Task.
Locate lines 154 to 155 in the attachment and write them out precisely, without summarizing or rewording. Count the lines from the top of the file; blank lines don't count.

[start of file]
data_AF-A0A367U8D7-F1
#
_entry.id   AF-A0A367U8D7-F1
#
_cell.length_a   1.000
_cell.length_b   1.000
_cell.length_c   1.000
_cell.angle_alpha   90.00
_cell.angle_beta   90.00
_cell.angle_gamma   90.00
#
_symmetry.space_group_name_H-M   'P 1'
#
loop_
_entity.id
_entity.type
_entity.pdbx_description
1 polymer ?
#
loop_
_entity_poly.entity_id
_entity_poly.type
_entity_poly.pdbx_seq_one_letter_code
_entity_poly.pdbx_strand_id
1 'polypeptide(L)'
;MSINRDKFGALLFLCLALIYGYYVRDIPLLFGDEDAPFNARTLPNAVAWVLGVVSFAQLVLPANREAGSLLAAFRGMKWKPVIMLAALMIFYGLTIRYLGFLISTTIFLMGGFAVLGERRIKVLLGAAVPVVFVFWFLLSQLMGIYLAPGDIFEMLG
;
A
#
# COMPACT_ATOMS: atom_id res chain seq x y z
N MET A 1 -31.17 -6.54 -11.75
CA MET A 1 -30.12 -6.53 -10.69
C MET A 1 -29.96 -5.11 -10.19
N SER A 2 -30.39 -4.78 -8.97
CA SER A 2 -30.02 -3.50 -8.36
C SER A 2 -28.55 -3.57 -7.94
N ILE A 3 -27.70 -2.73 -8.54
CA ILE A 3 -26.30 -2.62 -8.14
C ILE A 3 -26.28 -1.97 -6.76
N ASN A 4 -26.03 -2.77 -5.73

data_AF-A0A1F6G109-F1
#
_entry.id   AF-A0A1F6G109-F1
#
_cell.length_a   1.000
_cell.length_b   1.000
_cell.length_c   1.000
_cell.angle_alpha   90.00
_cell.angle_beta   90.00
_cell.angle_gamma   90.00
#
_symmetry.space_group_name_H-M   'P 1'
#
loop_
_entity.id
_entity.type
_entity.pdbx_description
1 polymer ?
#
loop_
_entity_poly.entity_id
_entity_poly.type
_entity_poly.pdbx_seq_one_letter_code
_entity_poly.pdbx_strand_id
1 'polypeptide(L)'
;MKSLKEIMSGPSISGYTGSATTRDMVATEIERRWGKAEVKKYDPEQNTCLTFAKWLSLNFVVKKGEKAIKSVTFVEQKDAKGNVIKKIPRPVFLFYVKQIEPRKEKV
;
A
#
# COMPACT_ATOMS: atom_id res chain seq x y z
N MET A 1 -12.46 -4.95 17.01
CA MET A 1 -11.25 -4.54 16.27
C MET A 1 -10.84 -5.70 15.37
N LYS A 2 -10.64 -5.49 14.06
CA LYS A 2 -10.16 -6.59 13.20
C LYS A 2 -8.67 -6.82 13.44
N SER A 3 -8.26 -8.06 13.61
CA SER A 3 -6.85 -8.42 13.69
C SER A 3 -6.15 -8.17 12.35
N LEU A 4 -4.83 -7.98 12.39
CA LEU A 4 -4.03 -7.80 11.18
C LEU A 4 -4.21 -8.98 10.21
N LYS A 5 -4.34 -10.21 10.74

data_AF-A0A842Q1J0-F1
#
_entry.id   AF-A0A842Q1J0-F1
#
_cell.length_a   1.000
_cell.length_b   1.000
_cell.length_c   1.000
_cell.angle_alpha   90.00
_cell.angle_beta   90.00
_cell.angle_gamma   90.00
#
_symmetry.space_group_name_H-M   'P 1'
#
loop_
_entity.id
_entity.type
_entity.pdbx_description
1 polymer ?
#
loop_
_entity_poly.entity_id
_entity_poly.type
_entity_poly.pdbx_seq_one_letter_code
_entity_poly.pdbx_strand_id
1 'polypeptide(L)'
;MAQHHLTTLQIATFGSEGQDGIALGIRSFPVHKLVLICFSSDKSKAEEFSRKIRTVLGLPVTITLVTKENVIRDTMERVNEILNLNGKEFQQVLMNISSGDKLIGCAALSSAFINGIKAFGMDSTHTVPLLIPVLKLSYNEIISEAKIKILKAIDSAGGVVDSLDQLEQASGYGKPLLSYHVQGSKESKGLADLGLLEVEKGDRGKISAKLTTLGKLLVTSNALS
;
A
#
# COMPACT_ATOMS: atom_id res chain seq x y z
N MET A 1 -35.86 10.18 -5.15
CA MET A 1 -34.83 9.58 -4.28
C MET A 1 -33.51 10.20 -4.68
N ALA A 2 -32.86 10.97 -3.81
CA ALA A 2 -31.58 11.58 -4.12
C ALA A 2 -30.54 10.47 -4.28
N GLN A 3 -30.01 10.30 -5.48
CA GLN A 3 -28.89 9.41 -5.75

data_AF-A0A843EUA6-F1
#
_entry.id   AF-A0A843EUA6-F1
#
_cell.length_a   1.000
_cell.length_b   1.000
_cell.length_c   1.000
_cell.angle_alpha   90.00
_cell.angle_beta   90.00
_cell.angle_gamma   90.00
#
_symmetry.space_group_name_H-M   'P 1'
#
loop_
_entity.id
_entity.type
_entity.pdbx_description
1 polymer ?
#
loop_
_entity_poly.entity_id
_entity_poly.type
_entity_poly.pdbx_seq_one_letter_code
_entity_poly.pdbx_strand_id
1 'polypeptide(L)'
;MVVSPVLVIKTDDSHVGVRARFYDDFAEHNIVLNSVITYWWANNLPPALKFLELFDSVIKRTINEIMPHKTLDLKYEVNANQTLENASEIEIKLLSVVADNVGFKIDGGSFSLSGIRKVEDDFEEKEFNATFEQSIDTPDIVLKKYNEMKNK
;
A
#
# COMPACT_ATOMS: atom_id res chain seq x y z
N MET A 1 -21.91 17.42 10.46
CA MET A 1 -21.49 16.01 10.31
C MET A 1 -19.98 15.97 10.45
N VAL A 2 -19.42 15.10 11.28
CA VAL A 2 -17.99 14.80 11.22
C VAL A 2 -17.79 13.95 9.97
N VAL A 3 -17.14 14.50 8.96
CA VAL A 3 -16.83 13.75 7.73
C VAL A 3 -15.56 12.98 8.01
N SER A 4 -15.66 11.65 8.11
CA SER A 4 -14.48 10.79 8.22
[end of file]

C MET A 1 -19.98 15.97 10.45
N VAL A 2 -19.42 15.10 11.28